It’s half a century since Archie Street, the Salford model for Granada’s Coronation Street, was reduced to a pile of rubble.
Much-loved Street characters Stan and Hilda Ogden, played by Jean Alexander and Bernard Youens, made a final visit there in August 1971 just before the wrecking ball moved in.
There was a tear in Hilda’s eye as she stared through broken windows in deserted homes that had once been the bedrock of an Ordsall community.
Manchester United footballer Eddie Colman was born at No. 9 Archie Street in November 1936 – and team-mate Bobby Charlton remembers spending Christmas Day there.
Coronation Street creator Tony Warren picked out Archie Street as the template for his new TV series when he was driving round Salford with designer Denis Parkin in Autumn 1960.
He wanted the drama to be gritty and down-to-earth – based on real people’s lives.
Archie Street, built in the 1880s, had everything he needed. Well, almost everything as there was no pub. Warren would have to invent the Rovers Return as the focal point of his drama.
Like Coronation Street, Archie Street had its own corner shop at one end but with a church at the other – St Clements which still stands today. On TV, the Weatherfield church would become St Mary’s.
The real St Clements appeared in the programme’s title sequence and end credits as the camera panned from a high vantage point on Manchester Ship Canal dock buildings.
The church also formed the setting for the TV wedding of builder Jerry Booth (Graham Haberfield) and shopaholic Myra Dickinson (Susan Jameson) in October 1963.
There was no mission hall or Underworld clothing factory on Archie Street, but there were two rows of terraced houses numbered in the opposite direction to the Coronation Street set.
Archie Street’s double-bay windows became single bays on the set, originally constructed entirely inside Studio Two in Granada’s cramped Quay Street buildings. Cobblestones were painted on the studio floor.
With the set complete, Coronation Street broadcast its first episode on December 9th 1960. Elements of Archie Street had been immortalised in soap history.
Due to its association with the TV series, Archie Street became known as Coronarchie Street – especially when members of the cast came to visit.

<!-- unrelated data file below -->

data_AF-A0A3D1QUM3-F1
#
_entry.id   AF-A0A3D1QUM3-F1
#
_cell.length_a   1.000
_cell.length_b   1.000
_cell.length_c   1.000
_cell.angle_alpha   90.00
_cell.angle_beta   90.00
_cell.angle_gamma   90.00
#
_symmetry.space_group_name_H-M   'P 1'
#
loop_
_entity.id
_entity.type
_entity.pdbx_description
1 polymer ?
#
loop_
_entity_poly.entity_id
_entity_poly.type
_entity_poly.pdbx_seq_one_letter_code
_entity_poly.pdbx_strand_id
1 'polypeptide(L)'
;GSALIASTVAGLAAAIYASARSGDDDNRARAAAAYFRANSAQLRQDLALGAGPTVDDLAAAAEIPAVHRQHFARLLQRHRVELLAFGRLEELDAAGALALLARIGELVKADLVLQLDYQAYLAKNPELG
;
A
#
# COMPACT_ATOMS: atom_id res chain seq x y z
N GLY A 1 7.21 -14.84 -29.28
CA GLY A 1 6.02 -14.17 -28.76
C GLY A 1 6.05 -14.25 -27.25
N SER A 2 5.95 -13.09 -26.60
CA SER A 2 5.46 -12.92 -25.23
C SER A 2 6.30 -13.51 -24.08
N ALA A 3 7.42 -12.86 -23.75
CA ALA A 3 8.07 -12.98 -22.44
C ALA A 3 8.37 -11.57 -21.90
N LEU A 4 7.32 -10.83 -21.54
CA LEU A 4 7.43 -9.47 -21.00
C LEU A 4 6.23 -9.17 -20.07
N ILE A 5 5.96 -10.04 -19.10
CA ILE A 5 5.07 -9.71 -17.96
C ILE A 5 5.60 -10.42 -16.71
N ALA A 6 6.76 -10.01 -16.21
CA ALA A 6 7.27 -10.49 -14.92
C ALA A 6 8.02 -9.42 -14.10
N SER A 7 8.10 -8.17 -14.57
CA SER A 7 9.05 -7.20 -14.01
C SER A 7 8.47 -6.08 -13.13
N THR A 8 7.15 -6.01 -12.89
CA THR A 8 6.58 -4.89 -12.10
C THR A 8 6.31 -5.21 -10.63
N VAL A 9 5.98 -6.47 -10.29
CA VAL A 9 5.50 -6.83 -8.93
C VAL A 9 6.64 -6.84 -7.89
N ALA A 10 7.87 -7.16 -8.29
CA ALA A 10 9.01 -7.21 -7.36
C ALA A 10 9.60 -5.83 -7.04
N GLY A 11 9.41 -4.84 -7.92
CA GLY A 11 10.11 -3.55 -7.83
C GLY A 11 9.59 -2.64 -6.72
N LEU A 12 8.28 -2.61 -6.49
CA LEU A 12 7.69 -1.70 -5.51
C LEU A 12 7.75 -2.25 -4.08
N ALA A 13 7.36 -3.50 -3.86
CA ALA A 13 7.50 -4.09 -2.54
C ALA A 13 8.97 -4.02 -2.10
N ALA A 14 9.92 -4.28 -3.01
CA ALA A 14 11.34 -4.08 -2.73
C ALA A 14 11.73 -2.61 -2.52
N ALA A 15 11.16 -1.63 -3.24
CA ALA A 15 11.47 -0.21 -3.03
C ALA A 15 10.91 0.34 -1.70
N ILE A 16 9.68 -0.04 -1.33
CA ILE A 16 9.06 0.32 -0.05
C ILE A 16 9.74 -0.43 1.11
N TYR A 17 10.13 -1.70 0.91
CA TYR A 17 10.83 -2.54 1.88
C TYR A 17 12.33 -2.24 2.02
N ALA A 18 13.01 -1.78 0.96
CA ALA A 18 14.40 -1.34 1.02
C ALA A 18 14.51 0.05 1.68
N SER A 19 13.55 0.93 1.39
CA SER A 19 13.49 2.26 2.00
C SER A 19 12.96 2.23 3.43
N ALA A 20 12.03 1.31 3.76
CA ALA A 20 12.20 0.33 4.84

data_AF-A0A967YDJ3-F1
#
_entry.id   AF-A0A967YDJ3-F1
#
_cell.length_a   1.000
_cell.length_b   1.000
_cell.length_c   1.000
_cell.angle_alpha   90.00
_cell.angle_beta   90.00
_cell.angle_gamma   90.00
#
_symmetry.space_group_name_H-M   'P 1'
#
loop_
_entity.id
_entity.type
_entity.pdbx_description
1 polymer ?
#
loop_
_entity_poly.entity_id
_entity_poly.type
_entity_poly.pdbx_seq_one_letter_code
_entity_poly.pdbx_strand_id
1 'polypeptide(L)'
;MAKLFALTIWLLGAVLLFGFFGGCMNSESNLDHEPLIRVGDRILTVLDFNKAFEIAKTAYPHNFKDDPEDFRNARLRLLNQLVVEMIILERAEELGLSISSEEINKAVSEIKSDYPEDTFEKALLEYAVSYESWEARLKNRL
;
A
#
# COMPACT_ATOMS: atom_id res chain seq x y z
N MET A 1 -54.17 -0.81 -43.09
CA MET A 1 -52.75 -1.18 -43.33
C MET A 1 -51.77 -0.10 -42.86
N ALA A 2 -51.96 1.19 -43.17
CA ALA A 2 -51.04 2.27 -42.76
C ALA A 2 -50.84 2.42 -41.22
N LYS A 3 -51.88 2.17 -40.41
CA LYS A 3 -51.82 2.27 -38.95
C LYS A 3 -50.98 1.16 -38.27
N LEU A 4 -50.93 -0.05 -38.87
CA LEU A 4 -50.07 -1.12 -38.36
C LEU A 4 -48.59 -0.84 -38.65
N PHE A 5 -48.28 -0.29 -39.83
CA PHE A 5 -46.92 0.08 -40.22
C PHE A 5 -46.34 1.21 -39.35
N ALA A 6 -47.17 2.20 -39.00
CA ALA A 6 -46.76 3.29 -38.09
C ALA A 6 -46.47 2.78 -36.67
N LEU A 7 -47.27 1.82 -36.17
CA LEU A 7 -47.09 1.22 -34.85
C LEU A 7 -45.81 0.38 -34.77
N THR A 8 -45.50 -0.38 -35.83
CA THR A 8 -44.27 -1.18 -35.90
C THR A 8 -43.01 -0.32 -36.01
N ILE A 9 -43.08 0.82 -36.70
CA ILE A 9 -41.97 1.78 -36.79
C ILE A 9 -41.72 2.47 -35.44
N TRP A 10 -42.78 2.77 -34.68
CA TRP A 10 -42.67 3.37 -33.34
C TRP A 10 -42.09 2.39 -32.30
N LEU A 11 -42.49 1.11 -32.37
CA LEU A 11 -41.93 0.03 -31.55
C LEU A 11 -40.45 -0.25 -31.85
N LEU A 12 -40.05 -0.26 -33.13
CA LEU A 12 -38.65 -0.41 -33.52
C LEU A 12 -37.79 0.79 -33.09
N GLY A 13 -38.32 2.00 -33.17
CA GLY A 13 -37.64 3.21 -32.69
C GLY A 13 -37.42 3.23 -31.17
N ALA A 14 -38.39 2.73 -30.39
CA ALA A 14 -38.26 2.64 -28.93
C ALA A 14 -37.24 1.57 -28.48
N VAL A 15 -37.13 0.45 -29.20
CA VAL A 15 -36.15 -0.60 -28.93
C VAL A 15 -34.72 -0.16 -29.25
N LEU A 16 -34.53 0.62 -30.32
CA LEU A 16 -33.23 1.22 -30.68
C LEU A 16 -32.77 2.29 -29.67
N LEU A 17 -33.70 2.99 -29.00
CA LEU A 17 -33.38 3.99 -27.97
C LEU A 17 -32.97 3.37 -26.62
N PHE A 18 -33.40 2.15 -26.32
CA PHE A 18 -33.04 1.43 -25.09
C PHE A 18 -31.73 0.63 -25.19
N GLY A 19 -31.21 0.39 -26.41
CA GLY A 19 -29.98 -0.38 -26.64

As well as Jean Alexander and Bernard Youens, Doris Speed (Rovers’ landlady Annie Walker) and Betty Alberge (Florrie Lindley) called at Archie Street in 1961. Tony Warren visited too, meeting up with the area’s MP Frank Allaun.
Sometimes the attention proved too much for the Archie Street residents as they were plagued by tourists and sightseers as Coronation Street’s popularity grew.
Coachloads of holidaymakers arrived at Easter and even visiting football fans made a detour to the street after watching their teams play in Manchester.
Archie Street had strong football connections in its own right. Manchester United wing half Eddie Colman was born there, the only child of railway worker Richard Colman and his wife Elizabeth.
After joining United’s youth team in 1952, Colman broke into manager Matt Busby’s first team in the 1955-6 season. Alongside him were the precociously talented Duncan Edwards and a young Bobby Charlton.
The Red Devils, or Busby Babes as they became known, were First Division champions that season and repeated the feat in the subsequent 1956-7 campaign. They also reached the FA Cup final but lost 2-1 to Aston Villa.
Colman made 108 appearances for United, scoring two goals, before losing his life in the Munich air crash of February 6th 1958. He was the youngest of the 23 people to die, aged just 21 years and three months.
His name has been commemorated in Eddie Colman Court – one of the accommodation blocks at the University of Salford.
Archie Street has been called the ‘spiritual home’ of the Busby Babes as the front parlour of the Colmans’ house played host to Duncan Edwards and other United players on Saturday nights.
Bobby Charlton enjoyed Christmas Day celebrations at No. 9. Family, friends and neighbours all gathered there and jugs of beer were brought round from the off licence at the corner shop.
Manchester United were no doubt an inspiration for the youngsters kicking a ball around the Archie Street cobblestones in our photos from June 1967.
Residents moved out of Archie Street in 1968 and it remained derelict until demolition in 1971.
Nothing is left of Archie Street now, although St Clement’s Church is still standing. The north-west end of St Clement’s Drive now occupies the Archie Street site.
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